CHARLESTON - Carlos Dunlap correctly remembers A.J. Green as "an almost unstoppable" Summerville High School wide receiver.
"So one time they split me out to cornerback to cover him. It was crazy," Dunlap, a former Fort Dorchester High School defensive end, said Monday. "They still beat us."
Hearing Dunlap's memory Tuesday, Green smiled.
"He came over there and tried to jam me," Green said.
Green said he zoomed by Dunlap's shove attempt.
"But if he would have been able to get his hands on me," Green said, "it would have been over."
No. 1 Florida and unranked Georgia and square off Saturday in Jacksonville, a unique rivalry game billed as "The World's Largest Outdoor Cocktail Party." Coincidentally, it's also the largest gathering of Lowcountry natives projected as early first-round picks in the next two NFL drafts.
Dunlap, a 6-6, 290-pound Florida junior defensive end, is considered the top pass-rusher in the SEC.
Green, a Georgia sophomore who plays slightly taller and much faster than his 6-4 height, leads the SEC in most receiving categories.
The Facebook friends have been rivals since they were in middle school, and this likely is their final amateur clash.
Nice venue, too. Jacksonville is more convenient for Summerville residents than either Gainesville or Athens.
"All the Fort Dorchester-Summerville games we played against each other, in football or basketball, were like the Florida-Georgia game," Dunlap said. "That's basically how it was, big-time athlete vs. big-time athlete playing for big-time schools."
Dunlap is 1-0 vs. Green in Jacksonville. The Gators won last year, 49-10.
"Just being in that game and being in that stadium, I can't compare it to anything else," Dunlap said. "It's a great game. The game itself gets you motivated. Just walking out in that stadium with all those fans, you know what's expected of you and what you expect from yourself."
Georgia is 4-3. But the Bulldogs had a bye week while Florida struggled during most of its 29-19 victory at Mississippi State last weekend.
"Last year I was really nervous, hearing everybody talk about the Florida-Georgia game," Green said. "Going into this game, I'm calm and I'm just ready to play."
The Gators know Green is the key to the Georgia offense, as Tennessee showed in limiting him to 60 yards receiving in a 45-19 rout in Knoxville.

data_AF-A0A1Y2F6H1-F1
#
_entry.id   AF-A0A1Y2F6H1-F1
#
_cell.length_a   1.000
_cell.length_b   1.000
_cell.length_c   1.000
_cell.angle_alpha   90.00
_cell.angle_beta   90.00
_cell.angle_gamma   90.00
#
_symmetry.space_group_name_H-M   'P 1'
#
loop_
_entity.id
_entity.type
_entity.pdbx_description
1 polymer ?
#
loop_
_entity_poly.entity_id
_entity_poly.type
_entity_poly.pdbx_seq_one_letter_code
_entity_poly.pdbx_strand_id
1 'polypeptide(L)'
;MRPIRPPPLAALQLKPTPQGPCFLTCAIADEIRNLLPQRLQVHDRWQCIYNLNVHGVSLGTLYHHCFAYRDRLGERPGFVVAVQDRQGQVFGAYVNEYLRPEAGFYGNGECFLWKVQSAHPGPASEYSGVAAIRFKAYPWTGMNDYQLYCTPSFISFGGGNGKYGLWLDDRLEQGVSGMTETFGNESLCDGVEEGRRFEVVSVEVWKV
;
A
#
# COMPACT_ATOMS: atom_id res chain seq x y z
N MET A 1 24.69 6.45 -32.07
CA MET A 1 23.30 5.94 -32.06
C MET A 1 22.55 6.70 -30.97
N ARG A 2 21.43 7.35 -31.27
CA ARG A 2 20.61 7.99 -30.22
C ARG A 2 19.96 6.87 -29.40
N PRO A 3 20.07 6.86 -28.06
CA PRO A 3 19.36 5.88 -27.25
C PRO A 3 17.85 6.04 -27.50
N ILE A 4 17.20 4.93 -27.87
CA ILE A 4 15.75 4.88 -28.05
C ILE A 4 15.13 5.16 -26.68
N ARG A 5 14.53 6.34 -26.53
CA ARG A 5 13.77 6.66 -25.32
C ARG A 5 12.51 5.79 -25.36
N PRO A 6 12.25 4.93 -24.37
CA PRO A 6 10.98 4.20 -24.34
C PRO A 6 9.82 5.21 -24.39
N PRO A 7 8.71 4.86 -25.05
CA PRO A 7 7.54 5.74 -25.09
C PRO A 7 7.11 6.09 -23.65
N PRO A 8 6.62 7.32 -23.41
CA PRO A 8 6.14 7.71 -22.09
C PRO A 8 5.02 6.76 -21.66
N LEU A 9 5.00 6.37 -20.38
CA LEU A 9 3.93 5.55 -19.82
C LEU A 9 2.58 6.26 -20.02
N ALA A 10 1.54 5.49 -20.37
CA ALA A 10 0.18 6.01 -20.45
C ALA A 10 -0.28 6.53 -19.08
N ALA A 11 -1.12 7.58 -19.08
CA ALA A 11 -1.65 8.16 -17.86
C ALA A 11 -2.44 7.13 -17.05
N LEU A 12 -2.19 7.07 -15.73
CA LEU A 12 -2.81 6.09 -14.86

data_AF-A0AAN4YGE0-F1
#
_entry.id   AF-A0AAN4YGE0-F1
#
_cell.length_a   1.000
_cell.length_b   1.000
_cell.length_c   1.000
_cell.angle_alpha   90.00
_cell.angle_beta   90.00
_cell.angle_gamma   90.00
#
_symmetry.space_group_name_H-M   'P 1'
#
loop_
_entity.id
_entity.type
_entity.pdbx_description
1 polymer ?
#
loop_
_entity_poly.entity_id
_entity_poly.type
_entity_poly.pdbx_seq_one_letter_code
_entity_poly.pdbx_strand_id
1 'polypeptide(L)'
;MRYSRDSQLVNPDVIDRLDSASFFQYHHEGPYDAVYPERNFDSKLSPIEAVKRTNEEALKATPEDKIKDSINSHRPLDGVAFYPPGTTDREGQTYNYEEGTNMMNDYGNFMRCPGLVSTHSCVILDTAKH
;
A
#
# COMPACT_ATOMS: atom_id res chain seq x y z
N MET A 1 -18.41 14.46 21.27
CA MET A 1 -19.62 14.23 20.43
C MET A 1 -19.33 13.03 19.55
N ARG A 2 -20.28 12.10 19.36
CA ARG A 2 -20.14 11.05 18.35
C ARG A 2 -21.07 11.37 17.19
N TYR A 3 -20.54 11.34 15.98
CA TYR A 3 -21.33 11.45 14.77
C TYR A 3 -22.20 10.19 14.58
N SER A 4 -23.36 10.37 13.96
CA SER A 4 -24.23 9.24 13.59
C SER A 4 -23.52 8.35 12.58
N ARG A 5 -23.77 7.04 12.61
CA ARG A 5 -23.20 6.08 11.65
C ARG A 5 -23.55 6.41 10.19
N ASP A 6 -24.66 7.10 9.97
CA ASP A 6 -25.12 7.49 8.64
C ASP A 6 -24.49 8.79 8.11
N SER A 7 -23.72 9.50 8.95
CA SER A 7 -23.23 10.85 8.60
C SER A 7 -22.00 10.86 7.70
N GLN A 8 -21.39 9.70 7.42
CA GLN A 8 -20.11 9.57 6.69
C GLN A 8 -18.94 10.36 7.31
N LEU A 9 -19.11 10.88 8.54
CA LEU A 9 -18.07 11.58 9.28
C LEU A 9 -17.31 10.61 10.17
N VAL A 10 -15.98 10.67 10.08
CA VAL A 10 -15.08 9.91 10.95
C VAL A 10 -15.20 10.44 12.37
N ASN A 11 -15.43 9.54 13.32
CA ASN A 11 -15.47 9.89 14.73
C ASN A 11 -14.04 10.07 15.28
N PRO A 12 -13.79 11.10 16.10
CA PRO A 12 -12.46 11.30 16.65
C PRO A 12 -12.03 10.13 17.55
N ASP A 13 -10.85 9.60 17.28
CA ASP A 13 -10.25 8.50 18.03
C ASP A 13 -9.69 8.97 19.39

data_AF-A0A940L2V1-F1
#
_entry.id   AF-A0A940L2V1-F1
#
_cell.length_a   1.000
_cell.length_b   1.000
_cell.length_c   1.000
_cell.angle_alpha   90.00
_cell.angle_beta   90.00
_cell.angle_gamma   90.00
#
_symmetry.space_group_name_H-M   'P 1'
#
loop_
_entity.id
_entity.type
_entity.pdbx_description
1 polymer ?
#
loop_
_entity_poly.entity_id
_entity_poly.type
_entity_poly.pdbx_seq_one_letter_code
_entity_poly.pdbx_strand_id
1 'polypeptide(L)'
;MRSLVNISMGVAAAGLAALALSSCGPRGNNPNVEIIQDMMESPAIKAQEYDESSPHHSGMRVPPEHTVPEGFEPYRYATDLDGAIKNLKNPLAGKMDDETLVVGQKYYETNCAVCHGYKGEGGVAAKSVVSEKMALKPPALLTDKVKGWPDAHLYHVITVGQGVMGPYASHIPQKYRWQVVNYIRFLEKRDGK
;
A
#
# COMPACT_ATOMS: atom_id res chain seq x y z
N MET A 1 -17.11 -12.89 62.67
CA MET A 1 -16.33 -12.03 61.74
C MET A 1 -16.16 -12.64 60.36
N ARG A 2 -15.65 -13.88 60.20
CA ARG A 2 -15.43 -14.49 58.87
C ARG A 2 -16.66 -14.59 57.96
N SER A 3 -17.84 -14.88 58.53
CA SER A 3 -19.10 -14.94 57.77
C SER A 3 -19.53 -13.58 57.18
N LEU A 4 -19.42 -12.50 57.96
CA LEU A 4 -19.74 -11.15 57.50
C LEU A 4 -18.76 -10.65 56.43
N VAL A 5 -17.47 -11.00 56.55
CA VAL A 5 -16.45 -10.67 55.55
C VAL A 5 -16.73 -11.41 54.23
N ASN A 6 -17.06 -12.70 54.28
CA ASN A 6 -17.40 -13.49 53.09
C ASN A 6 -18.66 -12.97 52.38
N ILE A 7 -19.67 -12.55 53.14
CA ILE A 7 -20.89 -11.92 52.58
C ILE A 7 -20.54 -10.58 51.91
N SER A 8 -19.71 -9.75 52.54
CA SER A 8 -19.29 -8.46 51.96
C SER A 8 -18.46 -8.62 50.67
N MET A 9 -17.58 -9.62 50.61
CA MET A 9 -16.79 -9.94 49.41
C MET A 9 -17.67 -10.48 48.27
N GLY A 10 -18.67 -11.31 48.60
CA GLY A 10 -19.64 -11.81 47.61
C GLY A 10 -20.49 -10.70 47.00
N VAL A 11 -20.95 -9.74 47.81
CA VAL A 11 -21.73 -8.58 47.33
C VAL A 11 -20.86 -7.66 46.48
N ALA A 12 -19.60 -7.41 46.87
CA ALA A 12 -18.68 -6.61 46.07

"That guy's an issue," Florida head coach Urban Meyer said of Green. "He's a really good player and he's gotten better."
Ominously for Georgia, the Bulldogs lead the SEC in sacks allowed. Dunlap, widely criticized earlier this season for his erratic play, is coming off his best game of the year, a three-sack performance at Mississippi State. He has five sacks, second in the SEC.
"It just being the Florida-Georgia game gets me excited," Dunlap said. "Knowing A.J. Green is on their team and I have to get to the quarterback before they get him the ball, that's a flashback to high school days."
The man in the middle is Georgia quarterback Joe Cox. He hopes to avoid Dunlap and throw to Green. He better bring his quickest release to Jacksonville.
"(Dunlap) is a big guy, he's strong and he moves very well," Cox said. "You can tell he wants to have a great year individually and he's having one. Their whole defense is good but he definitely stands out."
World-class athleticism is part of the Green vs. Dunlap saga. Dunlap returned a kickoff for a touchdown against Summerville while playing for Fort Dorchester. Green probably has All-SEC hoops talent and last month showed off his jumping ability with a game-saving block of an Arizona State field goal attempt.
"I saw the highlight," Dunlap said. "That looked like him."
Green sees plenty of Dunlap on TV, too, including his Most Outstanding Defensive Player performance in helping Florida defeat Oklahoma last January in the BCS Championship Game.
"He's really grown as a person," Green said. "In high school he kind of had an attitude pretty much. But now, he's a good guy. Before I came to Georgia, he talked to me about how hard you have to work in the summer and how to get everything down pat to play right away."
Maybe the long-time rivals can work together someday, if a given NFL general manager cooperates.
"That would be cool," Green said. "I've been playing against that guy since I was in sixth grade. I would see how big he was and say 'That guy is not my age.'"
Dunlap also warmed up to the idea.
"We've played against each other for so long, it would be great to play with him in the NFL," Dunlap said. "That's a guy I would want on my team."